You went to a Catholic high-school for girls which is not the most obvious background for a rather controversial artist. You’re saying in your biography that it was only in college that you started reading and doing comics. What have you been reading back then, then? What are the artists that have influenced and inspired you the most? I can’t imagine much thought and inspiration inducing literature in a library of such a school, but we know that Christian religious press made heavy use of comics to spread its teachings and convey their message. Since you went straight from there to printing arts, you must’ve at least known about the comics medium. Are we wrong?

 

You are not wrong. I started to read comics as a child. Strange but true: my mom was the one who was bringing comics at home. She loved Tintin, Astérix and Lucky Luke. She was also buying Pilote magazine, which had more adult content. They published Bilal, Moebius, Druillet and many more. So quite young I was exposed to the strangest comics authors. I was also reading a lot of literature, just like my mom. I would go to the public library with her every week … I have to say my main influence as an artist is this French woman writer Christiane Rochefort.  I read her for the first time at 12. It was the very first time I felt I could totally identify with a female character. Rochefort wrote with a very sharp sense of humour, she was so angry, but in a constructive and positive way. Anybody, anything goes in her books. So much freedom … I never stopped reading comics, though. Eventually I discovered the French cartoonist F’murr, who is definitely the one who inspired me to draw comics, who made me think I could do it. Everybody think I have been influenced by Robert Crumb, but not really. I started to read American comics later, after I was already on my way to self-publish. I loved his comics, of course, when I finally got to read them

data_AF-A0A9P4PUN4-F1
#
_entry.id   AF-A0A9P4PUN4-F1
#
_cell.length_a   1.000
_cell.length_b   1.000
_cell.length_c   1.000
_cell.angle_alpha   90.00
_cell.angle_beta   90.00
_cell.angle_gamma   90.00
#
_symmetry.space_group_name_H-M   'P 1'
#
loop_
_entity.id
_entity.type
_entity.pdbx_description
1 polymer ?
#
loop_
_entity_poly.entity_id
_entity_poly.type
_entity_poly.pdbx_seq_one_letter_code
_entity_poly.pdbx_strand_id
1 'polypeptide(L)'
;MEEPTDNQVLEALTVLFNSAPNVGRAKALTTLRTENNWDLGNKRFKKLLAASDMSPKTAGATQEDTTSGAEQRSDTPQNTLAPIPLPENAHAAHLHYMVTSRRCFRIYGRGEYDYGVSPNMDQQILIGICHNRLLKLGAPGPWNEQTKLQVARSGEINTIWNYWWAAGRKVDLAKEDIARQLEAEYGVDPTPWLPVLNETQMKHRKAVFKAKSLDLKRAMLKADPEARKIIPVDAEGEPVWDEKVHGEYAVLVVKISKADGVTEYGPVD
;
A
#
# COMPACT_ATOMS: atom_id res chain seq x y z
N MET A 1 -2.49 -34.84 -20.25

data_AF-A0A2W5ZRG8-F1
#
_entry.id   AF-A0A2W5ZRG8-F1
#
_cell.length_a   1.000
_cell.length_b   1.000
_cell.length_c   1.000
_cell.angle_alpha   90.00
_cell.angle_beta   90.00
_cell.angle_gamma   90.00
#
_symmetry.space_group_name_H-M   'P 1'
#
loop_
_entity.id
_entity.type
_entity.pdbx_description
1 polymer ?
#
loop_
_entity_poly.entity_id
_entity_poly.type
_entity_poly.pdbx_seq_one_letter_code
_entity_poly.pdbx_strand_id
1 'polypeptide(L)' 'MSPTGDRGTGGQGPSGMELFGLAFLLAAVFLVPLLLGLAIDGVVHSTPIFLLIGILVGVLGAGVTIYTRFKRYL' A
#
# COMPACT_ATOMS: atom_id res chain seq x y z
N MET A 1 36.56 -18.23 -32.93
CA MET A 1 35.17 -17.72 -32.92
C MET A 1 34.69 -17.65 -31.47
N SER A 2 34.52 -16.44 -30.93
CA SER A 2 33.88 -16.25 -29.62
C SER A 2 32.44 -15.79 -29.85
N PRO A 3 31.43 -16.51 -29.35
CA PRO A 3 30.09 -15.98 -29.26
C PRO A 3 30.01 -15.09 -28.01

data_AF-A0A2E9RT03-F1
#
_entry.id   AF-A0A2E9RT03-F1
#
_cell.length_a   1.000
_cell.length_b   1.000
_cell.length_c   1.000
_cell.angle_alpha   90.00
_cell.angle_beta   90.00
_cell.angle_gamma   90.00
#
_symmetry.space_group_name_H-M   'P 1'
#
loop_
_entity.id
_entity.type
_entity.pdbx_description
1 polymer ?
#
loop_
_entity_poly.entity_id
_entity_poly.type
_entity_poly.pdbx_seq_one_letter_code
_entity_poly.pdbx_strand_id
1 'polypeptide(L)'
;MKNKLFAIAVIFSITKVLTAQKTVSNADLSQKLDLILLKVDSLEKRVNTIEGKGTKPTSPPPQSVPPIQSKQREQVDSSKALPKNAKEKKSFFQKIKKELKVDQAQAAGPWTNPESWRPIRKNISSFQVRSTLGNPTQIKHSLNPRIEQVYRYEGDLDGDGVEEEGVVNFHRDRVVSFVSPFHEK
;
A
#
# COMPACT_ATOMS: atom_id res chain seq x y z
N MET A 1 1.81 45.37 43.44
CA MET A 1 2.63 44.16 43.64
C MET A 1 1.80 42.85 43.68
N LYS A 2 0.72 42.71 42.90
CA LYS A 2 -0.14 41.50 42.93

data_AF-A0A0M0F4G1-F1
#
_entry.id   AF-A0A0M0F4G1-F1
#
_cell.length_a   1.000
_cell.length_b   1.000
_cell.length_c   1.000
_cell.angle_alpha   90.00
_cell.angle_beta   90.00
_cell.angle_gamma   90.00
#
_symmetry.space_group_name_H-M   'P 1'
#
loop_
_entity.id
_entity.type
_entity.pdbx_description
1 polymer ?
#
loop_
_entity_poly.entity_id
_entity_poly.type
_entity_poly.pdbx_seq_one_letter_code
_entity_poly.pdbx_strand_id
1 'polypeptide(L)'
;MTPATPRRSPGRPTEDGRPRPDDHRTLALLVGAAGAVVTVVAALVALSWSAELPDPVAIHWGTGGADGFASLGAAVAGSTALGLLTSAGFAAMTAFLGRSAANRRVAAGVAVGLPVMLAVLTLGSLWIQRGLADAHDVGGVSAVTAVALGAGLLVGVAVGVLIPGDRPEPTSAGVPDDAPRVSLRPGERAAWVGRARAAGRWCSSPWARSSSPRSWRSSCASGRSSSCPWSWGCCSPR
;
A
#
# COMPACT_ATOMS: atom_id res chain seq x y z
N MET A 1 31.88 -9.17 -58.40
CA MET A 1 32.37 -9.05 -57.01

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Your comics stories are mostly autobiographical. Do you find it hard to share your intimate world with others? Is this about some kind of exhibitionism, typical for artists in general, or is it perhaps about the authenticity of the autobiographical material?  On the other hand: female comics artists seem to make use of their first-hand diary-like experiences more often than their male colleagues. Would you agree with that? Do you think this distinction on male and female artists is relevant at all?